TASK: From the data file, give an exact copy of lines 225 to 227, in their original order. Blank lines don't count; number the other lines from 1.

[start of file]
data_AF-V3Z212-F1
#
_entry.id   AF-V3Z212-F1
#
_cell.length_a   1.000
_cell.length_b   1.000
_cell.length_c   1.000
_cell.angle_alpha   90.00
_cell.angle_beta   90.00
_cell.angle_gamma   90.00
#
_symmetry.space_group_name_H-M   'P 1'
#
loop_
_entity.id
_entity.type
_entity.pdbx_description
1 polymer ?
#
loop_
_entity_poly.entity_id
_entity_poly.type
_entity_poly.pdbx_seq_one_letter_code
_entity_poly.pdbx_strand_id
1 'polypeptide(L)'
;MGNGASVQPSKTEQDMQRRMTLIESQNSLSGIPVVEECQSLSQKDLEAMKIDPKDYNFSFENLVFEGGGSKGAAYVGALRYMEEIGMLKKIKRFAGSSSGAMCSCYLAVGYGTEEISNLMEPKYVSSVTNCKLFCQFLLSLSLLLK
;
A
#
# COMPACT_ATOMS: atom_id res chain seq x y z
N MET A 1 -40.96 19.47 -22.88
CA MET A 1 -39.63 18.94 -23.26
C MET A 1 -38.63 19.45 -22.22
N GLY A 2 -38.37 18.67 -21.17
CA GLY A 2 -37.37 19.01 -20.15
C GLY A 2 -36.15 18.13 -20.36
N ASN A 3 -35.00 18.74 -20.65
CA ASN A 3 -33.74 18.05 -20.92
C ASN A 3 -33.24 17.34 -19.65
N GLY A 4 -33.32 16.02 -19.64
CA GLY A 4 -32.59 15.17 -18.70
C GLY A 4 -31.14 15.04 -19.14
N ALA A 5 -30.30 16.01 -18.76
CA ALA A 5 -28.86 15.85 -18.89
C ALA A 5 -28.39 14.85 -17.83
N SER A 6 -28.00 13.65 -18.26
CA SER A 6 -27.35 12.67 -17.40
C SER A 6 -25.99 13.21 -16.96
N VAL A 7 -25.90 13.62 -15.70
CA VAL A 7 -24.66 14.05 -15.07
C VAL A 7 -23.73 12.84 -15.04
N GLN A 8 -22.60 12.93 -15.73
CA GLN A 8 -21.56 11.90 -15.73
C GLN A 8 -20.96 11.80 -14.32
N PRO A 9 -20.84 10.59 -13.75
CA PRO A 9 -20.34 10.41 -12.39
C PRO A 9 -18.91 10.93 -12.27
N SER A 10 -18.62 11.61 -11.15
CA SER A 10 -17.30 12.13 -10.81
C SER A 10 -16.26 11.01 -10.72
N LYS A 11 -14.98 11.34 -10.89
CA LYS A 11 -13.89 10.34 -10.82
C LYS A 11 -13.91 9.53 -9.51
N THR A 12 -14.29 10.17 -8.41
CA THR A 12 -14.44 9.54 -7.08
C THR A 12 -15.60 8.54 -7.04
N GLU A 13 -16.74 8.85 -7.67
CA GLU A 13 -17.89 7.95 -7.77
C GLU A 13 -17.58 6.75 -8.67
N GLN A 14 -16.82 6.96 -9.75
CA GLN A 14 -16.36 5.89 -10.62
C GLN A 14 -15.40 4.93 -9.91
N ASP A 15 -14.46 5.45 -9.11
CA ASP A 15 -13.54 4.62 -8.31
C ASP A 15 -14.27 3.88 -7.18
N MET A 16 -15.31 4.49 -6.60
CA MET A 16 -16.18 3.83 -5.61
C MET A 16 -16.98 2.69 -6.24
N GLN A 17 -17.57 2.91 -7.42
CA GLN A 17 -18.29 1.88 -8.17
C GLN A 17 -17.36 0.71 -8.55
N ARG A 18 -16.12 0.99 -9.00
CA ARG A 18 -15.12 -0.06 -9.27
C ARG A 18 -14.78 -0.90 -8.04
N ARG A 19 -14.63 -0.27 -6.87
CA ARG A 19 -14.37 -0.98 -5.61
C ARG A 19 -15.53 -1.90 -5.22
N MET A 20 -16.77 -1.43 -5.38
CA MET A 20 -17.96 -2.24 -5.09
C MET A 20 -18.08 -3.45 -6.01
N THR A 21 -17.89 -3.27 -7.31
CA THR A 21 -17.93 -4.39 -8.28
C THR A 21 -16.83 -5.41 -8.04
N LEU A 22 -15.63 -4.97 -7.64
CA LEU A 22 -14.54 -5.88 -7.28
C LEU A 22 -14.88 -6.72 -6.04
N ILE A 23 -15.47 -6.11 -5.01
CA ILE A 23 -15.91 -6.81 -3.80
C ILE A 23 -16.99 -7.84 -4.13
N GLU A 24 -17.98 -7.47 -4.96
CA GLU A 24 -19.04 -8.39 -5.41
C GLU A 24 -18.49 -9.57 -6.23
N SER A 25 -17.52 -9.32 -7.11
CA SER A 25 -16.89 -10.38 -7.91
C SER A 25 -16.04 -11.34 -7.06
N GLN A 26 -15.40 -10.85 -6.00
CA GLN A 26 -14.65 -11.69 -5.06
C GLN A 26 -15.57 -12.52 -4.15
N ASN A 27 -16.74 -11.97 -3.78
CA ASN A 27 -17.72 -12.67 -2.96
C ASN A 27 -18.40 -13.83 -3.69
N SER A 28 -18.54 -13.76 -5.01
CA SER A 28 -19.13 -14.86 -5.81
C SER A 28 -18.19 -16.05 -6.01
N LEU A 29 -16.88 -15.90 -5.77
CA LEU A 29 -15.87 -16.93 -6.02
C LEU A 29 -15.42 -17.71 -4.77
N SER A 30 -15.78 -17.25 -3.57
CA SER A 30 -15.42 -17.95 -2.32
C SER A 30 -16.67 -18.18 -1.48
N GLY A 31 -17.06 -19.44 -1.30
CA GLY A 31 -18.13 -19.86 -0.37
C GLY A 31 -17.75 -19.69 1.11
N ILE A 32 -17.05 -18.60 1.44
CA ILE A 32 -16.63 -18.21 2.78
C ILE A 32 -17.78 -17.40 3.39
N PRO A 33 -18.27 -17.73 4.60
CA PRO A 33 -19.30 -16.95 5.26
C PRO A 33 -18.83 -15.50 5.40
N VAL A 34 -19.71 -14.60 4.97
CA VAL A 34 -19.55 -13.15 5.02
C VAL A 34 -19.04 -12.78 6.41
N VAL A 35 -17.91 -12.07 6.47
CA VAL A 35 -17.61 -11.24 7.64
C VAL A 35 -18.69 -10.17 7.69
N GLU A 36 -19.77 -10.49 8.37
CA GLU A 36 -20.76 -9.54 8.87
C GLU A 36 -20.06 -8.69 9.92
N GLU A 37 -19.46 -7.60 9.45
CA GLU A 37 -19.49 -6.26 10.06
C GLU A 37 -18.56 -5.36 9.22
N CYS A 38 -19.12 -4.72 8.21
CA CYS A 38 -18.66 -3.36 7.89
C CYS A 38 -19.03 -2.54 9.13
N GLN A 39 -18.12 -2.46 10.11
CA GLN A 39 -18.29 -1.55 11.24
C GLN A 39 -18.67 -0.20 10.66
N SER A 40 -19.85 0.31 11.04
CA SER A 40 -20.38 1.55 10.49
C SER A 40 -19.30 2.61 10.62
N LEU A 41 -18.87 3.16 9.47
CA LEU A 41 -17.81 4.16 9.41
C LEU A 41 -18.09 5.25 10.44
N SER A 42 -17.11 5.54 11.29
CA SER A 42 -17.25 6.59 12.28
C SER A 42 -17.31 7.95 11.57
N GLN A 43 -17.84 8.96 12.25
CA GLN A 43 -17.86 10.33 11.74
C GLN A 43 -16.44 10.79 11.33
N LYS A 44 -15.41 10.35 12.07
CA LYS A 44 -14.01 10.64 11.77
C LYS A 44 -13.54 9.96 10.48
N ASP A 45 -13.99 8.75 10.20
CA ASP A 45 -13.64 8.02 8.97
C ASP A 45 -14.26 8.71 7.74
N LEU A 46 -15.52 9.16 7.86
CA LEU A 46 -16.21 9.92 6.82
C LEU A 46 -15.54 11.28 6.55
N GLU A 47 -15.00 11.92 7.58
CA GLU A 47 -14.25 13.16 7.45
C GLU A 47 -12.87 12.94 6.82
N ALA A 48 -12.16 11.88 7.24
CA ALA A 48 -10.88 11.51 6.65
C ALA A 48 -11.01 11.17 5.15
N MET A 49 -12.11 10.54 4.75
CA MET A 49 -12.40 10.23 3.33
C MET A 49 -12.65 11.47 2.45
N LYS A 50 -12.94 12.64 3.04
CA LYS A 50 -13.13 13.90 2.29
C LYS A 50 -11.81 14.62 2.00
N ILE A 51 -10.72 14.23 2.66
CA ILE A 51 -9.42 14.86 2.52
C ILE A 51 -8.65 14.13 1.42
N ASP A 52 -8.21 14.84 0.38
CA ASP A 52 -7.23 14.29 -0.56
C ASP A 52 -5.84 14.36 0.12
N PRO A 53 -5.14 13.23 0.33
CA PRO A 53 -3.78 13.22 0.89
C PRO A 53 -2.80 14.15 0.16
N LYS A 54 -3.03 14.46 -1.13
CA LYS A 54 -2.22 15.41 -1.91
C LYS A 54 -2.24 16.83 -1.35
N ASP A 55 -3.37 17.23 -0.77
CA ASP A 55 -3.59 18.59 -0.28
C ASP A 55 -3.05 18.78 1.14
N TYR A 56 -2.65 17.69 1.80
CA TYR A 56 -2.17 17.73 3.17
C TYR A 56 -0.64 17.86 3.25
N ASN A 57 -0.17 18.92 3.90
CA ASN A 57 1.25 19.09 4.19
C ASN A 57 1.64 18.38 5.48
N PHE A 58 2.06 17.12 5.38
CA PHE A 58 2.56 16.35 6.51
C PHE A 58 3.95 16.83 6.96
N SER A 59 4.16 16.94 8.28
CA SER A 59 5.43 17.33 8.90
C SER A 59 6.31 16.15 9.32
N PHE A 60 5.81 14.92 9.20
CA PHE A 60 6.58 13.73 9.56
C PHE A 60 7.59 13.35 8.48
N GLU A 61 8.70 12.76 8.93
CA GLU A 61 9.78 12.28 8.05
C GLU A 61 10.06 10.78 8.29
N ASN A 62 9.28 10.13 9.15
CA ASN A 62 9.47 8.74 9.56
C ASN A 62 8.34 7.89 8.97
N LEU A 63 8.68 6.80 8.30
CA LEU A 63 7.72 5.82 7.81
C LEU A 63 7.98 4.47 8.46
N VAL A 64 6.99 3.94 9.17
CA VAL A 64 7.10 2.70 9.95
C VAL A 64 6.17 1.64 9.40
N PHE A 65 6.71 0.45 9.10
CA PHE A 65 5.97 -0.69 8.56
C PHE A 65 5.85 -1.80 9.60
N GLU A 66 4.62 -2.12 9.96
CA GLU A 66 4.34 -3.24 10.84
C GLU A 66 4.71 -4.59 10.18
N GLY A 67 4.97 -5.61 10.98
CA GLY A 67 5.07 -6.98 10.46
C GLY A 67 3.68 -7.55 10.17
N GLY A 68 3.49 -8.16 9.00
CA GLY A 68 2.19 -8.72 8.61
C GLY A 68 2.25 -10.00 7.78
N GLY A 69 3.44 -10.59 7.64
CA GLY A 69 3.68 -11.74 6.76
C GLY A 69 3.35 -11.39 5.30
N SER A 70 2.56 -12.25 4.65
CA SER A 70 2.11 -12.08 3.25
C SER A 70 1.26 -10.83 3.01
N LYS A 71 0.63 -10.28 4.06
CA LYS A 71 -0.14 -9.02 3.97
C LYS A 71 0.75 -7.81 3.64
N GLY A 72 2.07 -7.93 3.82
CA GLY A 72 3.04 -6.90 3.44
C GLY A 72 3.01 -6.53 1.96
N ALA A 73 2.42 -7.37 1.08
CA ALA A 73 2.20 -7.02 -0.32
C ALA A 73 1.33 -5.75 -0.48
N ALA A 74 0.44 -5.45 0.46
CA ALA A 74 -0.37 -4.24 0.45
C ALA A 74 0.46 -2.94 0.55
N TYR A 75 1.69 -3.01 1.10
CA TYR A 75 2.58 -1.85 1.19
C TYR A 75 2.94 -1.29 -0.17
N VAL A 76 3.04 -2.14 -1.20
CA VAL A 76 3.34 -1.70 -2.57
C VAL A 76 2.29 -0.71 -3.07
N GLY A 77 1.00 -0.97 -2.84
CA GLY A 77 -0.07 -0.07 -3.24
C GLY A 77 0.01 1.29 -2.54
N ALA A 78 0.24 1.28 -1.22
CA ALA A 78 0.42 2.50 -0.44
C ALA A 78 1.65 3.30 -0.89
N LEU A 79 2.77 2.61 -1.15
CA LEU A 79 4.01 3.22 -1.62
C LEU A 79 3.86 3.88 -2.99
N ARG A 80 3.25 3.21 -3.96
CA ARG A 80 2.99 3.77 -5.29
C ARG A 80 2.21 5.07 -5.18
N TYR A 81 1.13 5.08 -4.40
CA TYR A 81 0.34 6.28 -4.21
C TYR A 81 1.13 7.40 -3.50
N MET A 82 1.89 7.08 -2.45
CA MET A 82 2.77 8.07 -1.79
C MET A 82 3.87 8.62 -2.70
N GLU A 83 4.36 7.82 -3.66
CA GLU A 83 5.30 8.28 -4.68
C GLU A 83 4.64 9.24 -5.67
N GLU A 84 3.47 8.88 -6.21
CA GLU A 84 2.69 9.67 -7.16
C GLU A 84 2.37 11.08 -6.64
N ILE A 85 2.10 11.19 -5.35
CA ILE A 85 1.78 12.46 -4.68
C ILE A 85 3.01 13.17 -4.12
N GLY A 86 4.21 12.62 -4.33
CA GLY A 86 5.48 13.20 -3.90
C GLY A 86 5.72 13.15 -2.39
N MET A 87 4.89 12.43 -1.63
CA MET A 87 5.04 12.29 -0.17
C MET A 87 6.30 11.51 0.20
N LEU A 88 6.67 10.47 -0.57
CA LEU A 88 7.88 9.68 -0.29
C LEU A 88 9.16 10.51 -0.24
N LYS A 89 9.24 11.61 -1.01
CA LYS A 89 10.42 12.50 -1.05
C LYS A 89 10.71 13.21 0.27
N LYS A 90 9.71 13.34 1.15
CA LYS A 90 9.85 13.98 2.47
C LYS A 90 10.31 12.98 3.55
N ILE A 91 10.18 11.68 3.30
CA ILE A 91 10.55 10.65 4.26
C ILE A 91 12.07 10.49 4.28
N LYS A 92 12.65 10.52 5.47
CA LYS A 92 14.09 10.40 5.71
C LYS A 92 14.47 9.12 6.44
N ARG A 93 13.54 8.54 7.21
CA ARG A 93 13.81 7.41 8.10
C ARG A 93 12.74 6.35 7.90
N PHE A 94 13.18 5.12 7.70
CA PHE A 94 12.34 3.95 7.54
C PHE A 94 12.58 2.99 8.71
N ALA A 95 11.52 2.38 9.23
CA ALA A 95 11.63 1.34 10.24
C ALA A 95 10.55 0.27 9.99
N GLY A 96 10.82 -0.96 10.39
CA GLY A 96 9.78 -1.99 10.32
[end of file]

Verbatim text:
C PHE A 65 5.85 -1.80 9.60
N GLU A 66 4.62 -2.12 9.96
CA GLU A 66 4.34 -3.24 10.84